At this moment 10,000 men are being held in Cuba at Camp Delta, formerly known as Camp X-Ray. They were captured during military actions in Afghanistan but are not given the rights international law requires.
For the United States, it is much more convenient to ignore this international agreement signed in 1949.
The United States has coined its very own phrase of “unlawful combatant” to justify the detainment of enemy soldiers from Afghanistan and nationals from Iraq without having to grant them the rights they would otherwise have. But how can any type of enemy combatant be deemed unlawful? This thinking would create a very dangerous precedent as other countries might try the same.
And as Article 2, paragraph 2, of the Geneva Convention states, “The Convention shall also apply to all cases of partial or total occupation of the territory of a High Contracting Party, even if the said occupation meets with no armed resistance,” which should include any prisoners taken in Afghanistan or Iraq.
Yet, the Department of Defense has resisted pressure to change the status of the detainees to “prisoner of war.” As it stands now, the prisoners are being kept with no clear list of rights.
“It’s not that they don’t have rights, it’s that they have fewer rights,” said Brigadier General Janis Karpinski, who is in charge of Camp Delta. He then went on to define the “unlawful combatants” as “those who have attacked coalition forces or were planning such attacks.” A vague definition leave people wondering what the difference is between “unlawful combatant” and prisoners of war, and why are they not being designated as such.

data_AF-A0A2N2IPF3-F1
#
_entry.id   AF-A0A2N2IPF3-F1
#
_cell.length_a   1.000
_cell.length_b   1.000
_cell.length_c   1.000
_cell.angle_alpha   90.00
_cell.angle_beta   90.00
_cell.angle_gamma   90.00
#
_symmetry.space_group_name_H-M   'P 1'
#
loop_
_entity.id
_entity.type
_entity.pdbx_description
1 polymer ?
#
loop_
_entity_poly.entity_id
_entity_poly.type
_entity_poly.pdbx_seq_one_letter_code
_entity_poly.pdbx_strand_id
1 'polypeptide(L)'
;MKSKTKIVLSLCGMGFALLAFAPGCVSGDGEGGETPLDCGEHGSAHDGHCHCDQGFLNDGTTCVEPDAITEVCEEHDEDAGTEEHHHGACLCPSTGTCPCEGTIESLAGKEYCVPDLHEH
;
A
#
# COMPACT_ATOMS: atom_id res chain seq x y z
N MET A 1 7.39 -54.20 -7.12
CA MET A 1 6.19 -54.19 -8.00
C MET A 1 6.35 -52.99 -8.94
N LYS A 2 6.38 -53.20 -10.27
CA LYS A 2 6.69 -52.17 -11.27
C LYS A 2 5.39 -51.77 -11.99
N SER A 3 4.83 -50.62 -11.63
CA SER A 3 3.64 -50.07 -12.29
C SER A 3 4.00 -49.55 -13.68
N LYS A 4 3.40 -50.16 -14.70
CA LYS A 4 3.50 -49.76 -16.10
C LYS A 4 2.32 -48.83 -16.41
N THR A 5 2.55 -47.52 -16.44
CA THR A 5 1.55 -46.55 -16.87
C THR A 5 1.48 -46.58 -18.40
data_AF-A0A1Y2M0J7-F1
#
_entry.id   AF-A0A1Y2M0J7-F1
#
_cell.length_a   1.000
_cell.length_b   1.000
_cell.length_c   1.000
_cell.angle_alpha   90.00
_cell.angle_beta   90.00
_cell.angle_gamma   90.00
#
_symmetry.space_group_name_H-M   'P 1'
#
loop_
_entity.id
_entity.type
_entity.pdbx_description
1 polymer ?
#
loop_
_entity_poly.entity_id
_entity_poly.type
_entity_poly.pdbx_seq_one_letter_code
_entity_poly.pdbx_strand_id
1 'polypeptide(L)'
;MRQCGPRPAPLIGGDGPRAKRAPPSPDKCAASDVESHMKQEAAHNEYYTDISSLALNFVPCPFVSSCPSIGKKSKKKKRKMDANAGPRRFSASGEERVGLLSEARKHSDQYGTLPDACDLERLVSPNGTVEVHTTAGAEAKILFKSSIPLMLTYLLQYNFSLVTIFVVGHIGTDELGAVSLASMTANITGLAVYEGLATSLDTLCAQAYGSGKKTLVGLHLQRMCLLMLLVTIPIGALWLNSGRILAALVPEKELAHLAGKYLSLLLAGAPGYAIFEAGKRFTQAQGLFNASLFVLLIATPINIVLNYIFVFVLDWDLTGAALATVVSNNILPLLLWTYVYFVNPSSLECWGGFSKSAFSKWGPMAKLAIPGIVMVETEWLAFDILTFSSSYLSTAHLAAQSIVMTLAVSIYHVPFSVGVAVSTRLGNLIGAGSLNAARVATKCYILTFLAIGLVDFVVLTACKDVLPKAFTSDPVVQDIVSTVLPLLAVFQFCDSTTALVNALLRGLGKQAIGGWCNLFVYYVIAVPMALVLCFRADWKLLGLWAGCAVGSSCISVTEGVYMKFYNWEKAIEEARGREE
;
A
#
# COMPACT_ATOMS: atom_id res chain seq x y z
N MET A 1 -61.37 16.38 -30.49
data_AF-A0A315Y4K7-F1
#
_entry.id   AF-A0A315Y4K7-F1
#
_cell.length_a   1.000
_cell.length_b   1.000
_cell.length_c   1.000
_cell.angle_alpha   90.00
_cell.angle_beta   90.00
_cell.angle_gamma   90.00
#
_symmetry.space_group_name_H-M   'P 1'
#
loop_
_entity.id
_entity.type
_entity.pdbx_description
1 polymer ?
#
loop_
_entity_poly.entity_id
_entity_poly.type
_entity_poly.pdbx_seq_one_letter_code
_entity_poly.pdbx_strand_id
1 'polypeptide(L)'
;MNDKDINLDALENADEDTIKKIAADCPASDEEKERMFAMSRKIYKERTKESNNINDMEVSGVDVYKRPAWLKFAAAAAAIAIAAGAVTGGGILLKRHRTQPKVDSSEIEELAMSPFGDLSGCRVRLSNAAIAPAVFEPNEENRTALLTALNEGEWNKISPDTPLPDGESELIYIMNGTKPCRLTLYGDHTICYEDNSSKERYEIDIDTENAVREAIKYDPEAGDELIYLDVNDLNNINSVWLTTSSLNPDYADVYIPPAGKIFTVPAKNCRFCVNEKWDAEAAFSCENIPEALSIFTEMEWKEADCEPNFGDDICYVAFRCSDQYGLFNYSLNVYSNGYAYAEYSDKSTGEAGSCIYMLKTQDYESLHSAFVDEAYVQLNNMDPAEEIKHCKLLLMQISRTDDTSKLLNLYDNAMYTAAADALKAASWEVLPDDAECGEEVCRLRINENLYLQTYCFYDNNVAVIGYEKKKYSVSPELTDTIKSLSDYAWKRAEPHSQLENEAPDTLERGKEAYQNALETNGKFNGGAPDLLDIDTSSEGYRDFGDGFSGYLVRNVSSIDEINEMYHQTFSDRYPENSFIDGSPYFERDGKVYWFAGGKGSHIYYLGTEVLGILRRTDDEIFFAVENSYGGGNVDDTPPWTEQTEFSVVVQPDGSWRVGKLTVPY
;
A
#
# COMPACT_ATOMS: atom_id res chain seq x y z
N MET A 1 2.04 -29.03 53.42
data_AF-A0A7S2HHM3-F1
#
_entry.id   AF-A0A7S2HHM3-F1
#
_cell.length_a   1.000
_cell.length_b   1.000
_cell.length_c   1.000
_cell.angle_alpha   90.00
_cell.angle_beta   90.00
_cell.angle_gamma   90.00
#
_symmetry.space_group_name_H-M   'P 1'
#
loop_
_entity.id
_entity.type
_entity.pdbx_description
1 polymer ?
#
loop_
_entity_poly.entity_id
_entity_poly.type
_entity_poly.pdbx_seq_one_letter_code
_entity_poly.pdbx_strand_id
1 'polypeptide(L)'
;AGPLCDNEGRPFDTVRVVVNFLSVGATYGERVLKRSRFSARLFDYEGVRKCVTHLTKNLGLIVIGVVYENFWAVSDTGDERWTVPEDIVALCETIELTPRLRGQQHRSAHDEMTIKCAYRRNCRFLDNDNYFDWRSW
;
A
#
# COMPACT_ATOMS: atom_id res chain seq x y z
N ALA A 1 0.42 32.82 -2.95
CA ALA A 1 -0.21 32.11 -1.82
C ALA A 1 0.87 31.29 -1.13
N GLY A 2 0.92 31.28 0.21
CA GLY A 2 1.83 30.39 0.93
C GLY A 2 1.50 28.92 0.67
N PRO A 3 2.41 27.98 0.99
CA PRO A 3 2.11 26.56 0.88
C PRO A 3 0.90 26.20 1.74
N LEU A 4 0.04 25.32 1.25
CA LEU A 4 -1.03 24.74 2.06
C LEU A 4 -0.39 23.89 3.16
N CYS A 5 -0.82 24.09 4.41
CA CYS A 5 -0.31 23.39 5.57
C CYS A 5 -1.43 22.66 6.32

These detainees are being held without a trial, and are denied access to an attorney. In fact, eight of the detainees are claiming that they are U.S. or British citizens. Several of these detainees had accents that would confirm this assertion, but in closed interviews the military interrogators said their stories lacked credibility.
But how can the United States claim that it is fighting for international freedom and rights, if those reasons are thrown out when they are inconvenient?
Of course, it is easier to simply deny the prisoners their rights even though they fought for a government that was recognized by the United States and with which we even had business ties. This also makes it easier to interrogate them as prisoners of war, which means they do not have to disclose any more information than their rank, name and serial number.
It seems each day more questions surface that question the legitimacy of this war with Iraq. As U.S. sympathy has already waned in the international community, the least it can do is afford its prisoners in Cuba the same rights it would expect its POWs to be granted.